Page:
Share My Story

It's important for policy makers to hear stories from their constituents. Please share your healthcare story and we will make sure it is heard in Olympia!

    commented on Share My Story 2020-11-15 16:17:53 -0800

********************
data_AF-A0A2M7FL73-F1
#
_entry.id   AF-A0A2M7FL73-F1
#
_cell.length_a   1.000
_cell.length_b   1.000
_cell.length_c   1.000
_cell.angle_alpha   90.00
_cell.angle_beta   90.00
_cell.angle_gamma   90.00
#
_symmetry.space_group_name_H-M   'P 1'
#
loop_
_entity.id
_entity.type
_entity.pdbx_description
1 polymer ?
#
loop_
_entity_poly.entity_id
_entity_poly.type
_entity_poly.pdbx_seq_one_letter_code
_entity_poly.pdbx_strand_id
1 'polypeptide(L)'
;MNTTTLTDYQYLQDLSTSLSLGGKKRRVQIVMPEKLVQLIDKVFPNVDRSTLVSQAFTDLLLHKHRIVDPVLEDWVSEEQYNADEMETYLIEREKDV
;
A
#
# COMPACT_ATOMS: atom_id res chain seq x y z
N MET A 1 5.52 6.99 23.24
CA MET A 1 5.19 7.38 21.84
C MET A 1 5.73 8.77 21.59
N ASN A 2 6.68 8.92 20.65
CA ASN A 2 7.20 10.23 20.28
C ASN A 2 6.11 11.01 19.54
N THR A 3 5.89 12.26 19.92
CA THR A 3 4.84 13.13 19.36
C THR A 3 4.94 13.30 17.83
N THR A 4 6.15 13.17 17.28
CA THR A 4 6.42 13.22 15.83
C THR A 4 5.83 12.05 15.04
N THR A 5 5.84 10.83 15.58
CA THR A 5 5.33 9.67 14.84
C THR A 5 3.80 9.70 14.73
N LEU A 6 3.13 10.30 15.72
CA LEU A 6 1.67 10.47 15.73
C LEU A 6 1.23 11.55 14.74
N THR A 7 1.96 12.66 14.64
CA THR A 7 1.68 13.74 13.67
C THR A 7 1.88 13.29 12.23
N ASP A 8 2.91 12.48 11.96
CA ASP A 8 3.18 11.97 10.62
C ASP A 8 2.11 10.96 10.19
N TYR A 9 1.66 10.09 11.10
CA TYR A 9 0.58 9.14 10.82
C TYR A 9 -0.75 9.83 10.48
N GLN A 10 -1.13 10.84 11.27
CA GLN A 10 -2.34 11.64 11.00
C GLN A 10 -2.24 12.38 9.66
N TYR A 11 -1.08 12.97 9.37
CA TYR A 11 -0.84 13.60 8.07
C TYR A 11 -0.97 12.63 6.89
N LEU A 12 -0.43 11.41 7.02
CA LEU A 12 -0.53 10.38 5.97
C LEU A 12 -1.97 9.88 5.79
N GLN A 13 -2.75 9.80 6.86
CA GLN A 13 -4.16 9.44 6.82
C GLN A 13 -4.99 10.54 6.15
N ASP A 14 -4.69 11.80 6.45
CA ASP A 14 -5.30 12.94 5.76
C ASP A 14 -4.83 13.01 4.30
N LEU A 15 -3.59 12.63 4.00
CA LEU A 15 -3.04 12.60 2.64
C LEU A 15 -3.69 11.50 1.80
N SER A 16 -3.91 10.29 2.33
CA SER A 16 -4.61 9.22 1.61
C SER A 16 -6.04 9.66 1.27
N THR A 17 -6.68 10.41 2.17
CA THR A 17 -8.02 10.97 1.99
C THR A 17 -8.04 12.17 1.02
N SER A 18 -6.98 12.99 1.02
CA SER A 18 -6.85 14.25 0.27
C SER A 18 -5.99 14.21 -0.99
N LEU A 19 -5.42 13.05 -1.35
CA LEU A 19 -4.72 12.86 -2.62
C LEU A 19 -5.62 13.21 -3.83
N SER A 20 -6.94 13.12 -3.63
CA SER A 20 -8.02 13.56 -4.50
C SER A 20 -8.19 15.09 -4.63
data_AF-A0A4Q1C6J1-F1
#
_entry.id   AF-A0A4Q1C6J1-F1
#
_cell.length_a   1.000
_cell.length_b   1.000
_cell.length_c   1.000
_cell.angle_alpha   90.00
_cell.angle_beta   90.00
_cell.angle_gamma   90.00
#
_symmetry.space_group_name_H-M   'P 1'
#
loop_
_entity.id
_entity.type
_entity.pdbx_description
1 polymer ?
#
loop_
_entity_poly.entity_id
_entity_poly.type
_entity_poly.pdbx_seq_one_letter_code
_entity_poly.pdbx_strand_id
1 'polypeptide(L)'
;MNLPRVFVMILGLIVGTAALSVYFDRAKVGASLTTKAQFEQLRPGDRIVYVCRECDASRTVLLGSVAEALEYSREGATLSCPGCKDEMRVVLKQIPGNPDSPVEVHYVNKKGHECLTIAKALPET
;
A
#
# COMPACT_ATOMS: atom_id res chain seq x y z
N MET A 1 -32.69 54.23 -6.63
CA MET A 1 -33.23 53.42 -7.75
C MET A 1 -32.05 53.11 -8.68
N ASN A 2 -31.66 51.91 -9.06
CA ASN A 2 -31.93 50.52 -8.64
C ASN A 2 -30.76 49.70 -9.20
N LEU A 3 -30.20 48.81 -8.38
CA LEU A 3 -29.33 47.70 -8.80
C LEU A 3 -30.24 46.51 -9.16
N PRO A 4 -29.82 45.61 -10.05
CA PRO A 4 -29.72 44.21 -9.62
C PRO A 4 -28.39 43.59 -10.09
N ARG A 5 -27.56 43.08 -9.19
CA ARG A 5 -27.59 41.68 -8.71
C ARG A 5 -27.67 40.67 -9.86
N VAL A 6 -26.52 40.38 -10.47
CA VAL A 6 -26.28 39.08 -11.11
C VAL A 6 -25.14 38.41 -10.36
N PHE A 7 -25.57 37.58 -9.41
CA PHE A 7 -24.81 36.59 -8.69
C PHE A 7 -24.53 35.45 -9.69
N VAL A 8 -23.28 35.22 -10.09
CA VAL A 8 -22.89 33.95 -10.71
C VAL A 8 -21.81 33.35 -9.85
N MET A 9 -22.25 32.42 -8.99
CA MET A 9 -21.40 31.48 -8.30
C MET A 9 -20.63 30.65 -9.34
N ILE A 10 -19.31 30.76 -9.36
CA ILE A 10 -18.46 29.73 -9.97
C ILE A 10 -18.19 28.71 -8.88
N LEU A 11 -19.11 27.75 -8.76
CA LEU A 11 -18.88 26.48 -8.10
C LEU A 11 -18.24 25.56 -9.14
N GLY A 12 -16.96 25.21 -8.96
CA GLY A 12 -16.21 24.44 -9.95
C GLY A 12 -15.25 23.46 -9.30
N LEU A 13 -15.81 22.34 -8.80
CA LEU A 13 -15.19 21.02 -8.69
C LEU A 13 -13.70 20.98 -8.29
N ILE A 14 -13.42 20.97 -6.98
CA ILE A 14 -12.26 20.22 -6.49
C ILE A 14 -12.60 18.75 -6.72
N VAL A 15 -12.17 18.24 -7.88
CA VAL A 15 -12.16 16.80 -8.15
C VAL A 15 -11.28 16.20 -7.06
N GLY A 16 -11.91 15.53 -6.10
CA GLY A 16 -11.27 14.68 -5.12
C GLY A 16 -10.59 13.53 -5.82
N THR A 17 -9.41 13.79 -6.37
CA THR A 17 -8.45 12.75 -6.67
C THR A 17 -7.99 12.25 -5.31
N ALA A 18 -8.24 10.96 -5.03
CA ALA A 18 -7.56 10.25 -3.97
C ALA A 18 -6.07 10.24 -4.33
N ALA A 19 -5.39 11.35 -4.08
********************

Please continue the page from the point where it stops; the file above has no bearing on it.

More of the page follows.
My name is Maria Clemente and I am a type 1 IDDM person. I was diagnosed on my 16th birthday with Type 2, but it soon was clear that I was a Type 1 as the medications they had me on (5 different) were not working. I was still in the 700’s even after taking my meds. They quickly put me on insulin and that is when our fight really began with insurances. I was on my mother’s HMO insurance in the 1990’s and even though I was on 30 units of insulin 3 times a day I would only get enough insulin pens to last me 15 days at that dosage. I was going at least 14 to 15 days each month without my insulin which caused more problems like Diabetic Ketoacidosis…deadly to diabetics if not caught in time. It was for me because my Mom is a nurse and knew what to do. However, I was only able to stay in the hospital (the HMO contracted hospital) a total of 2 days when actually I need at least a week and sometimes 2 weeks as I was really sick. Anyhow I started rationing my insulin so it would last me 45 days which meant that I was not taking full dosage (30u) for my blood sugars. I was taking 1/3 of my dosage per day which is 10u. 10u didn’t really get my blood sugars down to where they needed to be to stop the deleterious effects of Diabetes and so over the next two year (I think) I started getting Diabetic neuropathy and Diabetic retinopathy. Finally after 14 stays in the hospital Mom decided to get off the HMO insurance and went to a PPO. Then she lost her job. COBRA would not cover me at all since I was 18 years old. I was an adult. Then I went on Medicaid and still am on DSHS 20+ years later. The first year of DSHS was hard as I had to learn on a daily basis how to ration my insulin even more as I went from 3 pens per months for 30 units dosage per day to 1 pen per month for 30u per day. Now my friend has insulin in surplus so he gives me some of his to augment what needs to cover me for the rest of the month. However, it won’t change the fact that when he is no longer here I will have to go back to extreme rationing of my insulin…sometimes that will mean I will have to go 2+ days without insulin to make sure that I have enough to last me the rest of the month unless I can “steal” insulin from other people like my Mom who uses Medicare and the VA to pay for her meds — including her insulin. I am playing Russian roulette with my life. I now have peripheral neuropathy in both hands and feet as well as I can’t feel below me knees on both extremities. I also have Diabetic Gastroparesis which now makes it almost impossible to eat regular foods — Diabetic foods. This is all because I have had to ration my insulin since the early 90’s except for years 2018, 2019, and 2020 when I had access to another person’s surplus. Why is it that manufacture’s can hold critical and valuable hostage (high prices) at the risk of poor and vulnerable people dying? Are we THAT uncaring that we would allow those who can not pay for their medicines die? Isn’t that the definition of eugenics? Glad to know that I am THAT important! (sarcastically saying).